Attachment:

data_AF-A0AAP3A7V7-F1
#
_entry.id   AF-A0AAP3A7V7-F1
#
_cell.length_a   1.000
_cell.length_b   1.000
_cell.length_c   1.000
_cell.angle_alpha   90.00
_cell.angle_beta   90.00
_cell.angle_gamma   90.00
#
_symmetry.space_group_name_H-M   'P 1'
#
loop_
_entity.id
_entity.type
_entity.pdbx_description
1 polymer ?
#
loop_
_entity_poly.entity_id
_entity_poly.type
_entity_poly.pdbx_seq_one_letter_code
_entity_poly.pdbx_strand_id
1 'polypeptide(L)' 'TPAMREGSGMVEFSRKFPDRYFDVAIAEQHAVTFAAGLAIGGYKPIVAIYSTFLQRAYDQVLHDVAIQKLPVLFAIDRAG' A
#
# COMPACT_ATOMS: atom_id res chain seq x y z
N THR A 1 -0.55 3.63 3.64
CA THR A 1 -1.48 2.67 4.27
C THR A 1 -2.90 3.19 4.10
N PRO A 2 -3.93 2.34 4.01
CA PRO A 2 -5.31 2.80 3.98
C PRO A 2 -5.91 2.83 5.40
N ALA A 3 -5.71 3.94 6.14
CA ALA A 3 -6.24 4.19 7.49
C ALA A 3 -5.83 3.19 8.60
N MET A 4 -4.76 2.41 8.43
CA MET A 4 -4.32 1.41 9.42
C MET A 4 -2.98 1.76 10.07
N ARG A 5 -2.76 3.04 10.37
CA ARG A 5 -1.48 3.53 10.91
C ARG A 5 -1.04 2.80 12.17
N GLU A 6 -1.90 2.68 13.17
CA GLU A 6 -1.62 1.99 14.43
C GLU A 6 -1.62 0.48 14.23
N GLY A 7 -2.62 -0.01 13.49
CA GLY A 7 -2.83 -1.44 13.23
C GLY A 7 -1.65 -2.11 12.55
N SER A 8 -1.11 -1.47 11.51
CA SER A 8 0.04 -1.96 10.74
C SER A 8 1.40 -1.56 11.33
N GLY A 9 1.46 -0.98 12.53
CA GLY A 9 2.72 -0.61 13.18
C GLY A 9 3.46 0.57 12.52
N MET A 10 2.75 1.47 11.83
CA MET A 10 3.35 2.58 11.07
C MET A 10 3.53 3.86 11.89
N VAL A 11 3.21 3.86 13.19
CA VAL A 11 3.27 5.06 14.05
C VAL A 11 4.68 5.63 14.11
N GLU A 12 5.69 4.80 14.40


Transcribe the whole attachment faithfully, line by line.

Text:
data_AF-A0AAP3A7V7-F1
#
_entry.id   AF-A0AAP3A7V7-F1
#
_cell.length_a   1.000
_cell.length_b   1.000
_cell.length_c   1.000
_cell.angle_alpha   90.00
_cell.angle_beta   90.00
_cell.angle_gamma   90.00
#
_symmetry.space_group_name_H-M   'P 1'
#
loop_
_entity.id
_entity.type
_entity.pdbx_description
1 polymer ?
#
loop_
_entity_poly.entity_id
_entity_poly.type
_entity_poly.pdbx_seq_one_letter_code
_entity_poly.pdbx_strand_id
1 'polypeptide(L)' 'TPAMREGSGMVEFSRKFPDRYFDVAIAEQHAVTFAAGLAIGGYKPIVAIYSTFLQRAYDQVLHDVAIQKLPVLFAIDRAG' A
#
# COMPACT_ATOMS: atom_id res chain seq x y z
N THR A 1 -0.55 3.63 3.64
CA THR A 1 -1.48 2.67 4.27
C THR A 1 -2.90 3.19 4.10
N PRO A 2 -3.93 2.34 4.01
CA PRO A 2 -5.31 2.80 3.98
C PRO A 2 -5.91 2.83 5.40
N ALA A 3 -5.71 3.94 6.14
CA ALA A 3 -6.24 4.19 7.49
C ALA A 3 -5.83 3.19 8.60
N MET A 4 -4.76 2.41 8.43
CA MET A 4 -4.32 1.41 9.42
C MET A 4 -2.98 1.76 10.07
N ARG A 5 -2.76 3.04 10.37
CA ARG A 5 -1.48 3.53 10.91
C ARG A 5 -1.04 2.80 12.17
N GLU A 6 -1.90 2.68 13.17
CA GLU A 6 -1.62 1.99 14.43
C GLU A 6 -1.62 0.48 14.23
N GLY A 7 -2.62 -0.01 13.49
CA GLY A 7 -2.83 -1.44 13.23
C GLY A 7 -1.65 -2.11 12.55
N SER A 8 -1.11 -1.47 11.51
CA SER A 8 0.04 -1.96 10.74
C SER A 8 1.40 -1.56 11.33
N GLY A 9 1.46 -0.98 12.53
CA GLY A 9 2.72 -0.61 13.18
C GLY A 9 3.46 0.57 12.52
N MET A 10 2.75 1.47 11.83
CA MET A 10 3.35 2.58 11.07
C MET A 10 3.53 3.86 11.89
N VAL A 11 3.21 3.86 13.19
CA VAL A 11 3.27 5.06 14.05
C VAL A 11 4.68 5.63 14.11
N GLU A 12 5.69 4.80 14.40